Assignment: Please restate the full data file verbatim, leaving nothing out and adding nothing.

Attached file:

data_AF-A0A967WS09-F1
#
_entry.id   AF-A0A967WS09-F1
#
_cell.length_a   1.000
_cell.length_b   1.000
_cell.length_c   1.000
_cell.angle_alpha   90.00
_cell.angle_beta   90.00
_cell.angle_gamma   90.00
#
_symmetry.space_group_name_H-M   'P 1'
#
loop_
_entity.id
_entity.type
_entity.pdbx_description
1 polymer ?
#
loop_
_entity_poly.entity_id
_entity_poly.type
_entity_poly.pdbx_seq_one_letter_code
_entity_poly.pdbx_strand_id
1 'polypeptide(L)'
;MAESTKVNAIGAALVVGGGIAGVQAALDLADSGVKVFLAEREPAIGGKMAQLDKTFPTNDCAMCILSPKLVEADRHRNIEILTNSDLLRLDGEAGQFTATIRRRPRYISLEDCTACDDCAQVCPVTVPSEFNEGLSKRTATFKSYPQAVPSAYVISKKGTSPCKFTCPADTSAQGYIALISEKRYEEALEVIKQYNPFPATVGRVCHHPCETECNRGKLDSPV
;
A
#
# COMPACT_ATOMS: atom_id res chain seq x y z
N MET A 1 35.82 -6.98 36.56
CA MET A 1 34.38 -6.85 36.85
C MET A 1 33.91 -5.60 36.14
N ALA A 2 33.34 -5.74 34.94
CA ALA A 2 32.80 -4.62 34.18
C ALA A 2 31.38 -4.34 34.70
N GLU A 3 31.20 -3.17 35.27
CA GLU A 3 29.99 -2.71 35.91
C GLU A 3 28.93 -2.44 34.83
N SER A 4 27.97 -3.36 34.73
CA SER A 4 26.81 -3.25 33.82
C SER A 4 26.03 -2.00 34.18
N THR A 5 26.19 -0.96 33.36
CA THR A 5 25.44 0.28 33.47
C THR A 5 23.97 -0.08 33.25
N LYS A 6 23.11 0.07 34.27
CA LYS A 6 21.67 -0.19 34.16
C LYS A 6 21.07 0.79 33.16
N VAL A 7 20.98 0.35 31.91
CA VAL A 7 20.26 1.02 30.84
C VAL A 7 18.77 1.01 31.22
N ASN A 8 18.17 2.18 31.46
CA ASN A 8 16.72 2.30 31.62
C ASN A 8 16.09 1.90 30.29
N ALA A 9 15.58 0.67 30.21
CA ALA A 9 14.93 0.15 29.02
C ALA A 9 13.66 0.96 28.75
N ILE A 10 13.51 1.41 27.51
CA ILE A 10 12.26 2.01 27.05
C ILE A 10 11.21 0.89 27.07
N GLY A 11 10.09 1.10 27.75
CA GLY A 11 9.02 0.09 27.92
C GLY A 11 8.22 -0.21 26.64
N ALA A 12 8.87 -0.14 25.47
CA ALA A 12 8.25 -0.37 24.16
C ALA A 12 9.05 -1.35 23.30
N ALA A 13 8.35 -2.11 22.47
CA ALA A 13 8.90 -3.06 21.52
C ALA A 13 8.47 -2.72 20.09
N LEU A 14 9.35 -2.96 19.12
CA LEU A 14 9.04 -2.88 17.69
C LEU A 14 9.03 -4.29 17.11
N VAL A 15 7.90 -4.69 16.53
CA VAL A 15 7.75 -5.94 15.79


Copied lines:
data_AF-A0A967WS09-F1
#
_entry.id   AF-A0A967WS09-F1
#
_cell.length_a   1.000
_cell.length_b   1.000
_cell.length_c   1.000
_cell.angle_alpha   90.00
_cell.angle_beta   90.00
_cell.angle_gamma   90.00
#
_symmetry.space_group_name_H-M   'P 1'
#
loop_
_entity.id
_entity.type
_entity.pdbx_description
1 polymer ?
#
loop_
_entity_poly.entity_id
_entity_poly.type
_entity_poly.pdbx_seq_one_letter_code
_entity_poly.pdbx_strand_id
1 'polypeptide(L)'
;MAESTKVNAIGAALVVGGGIAGVQAALDLADSGVKVFLAEREPAIGGKMAQLDKTFPTNDCAMCILSPKLVEADRHRNIEILTNSDLLRLDGEAGQFTATIRRRPRYISLEDCTACDDCAQVCPVTVPSEFNEGLSKRTATFKSYPQAVPSAYVISKKGTSPCKFTCPADTSAQGYIALISEKRYEEALEVIKQYNPFPATVGRVCHHPCETECNRGKLDSPV
;
A
#
# COMPACT_ATOMS: atom_id res chain seq x y z
N MET A 1 35.82 -6.98 36.56
CA MET A 1 34.38 -6.85 36.85
C MET A 1 33.91 -5.60 36.14
N ALA A 2 33.34 -5.74 34.94
CA ALA A 2 32.80 -4.62 34.18
C ALA A 2 31.38 -4.34 34.70
N GLU A 3 31.20 -3.17 35.27
CA GLU A 3 29.99 -2.71 35.91
C GLU A 3 28.93 -2.44 34.83
N SER A 4 27.97 -3.36 34.73
CA SER A 4 26.81 -3.25 33.82
C SER A 4 26.03 -2.00 34.18
N THR A 5 26.19 -0.96 33.36
CA THR A 5 25.44 0.28 33.47
C THR A 5 23.97 -0.08 33.25
N LYS A 6 23.11 0.07 34.27
CA LYS A 6 21.67 -0.19 34.16
C LYS A 6 21.07 0.79 33.16
N VAL A 7 20.98 0.35 31.91
CA VAL A 7 20.26 1.02 30.84
C VAL A 7 18.77 1.01 31.22
N ASN A 8 18.17 2.18 31.46
CA ASN A 8 16.72 2.30 31.62
C ASN A 8 16.09 1.90 30.29
N ALA A 9 15.58 0.67 30.21
CA ALA A 9 14.93 0.15 29.02
C ALA A 9 13.66 0.96 28.75
N ILE A 10 13.51 1.41 27.51
CA ILE A 10 12.26 2.01 27.05
C ILE A 10 11.21 0.89 27.07
N GLY A 11 10.09 1.10 27.75
CA GLY A 11 9.02 0.09 27.92
C GLY A 11 8.22 -0.21 26.64
N ALA A 12 8.87 -0.14 25.47
CA ALA A 12 8.25 -0.37 24.16
C ALA A 12 9.05 -1.35 23.30
N ALA A 13 8.35 -2.11 22.47
CA ALA A 13 8.90 -3.06 21.52
C ALA A 13 8.47 -2.72 20.09
N LEU A 14 9.35 -2.96 19.12
CA LEU A 14 9.04 -2.88 17.69
C LEU A 14 9.03 -4.29 17.11
N VAL A 15 7.90 -4.69 16.53
CA VAL A 15 7.75 -5.94 15.79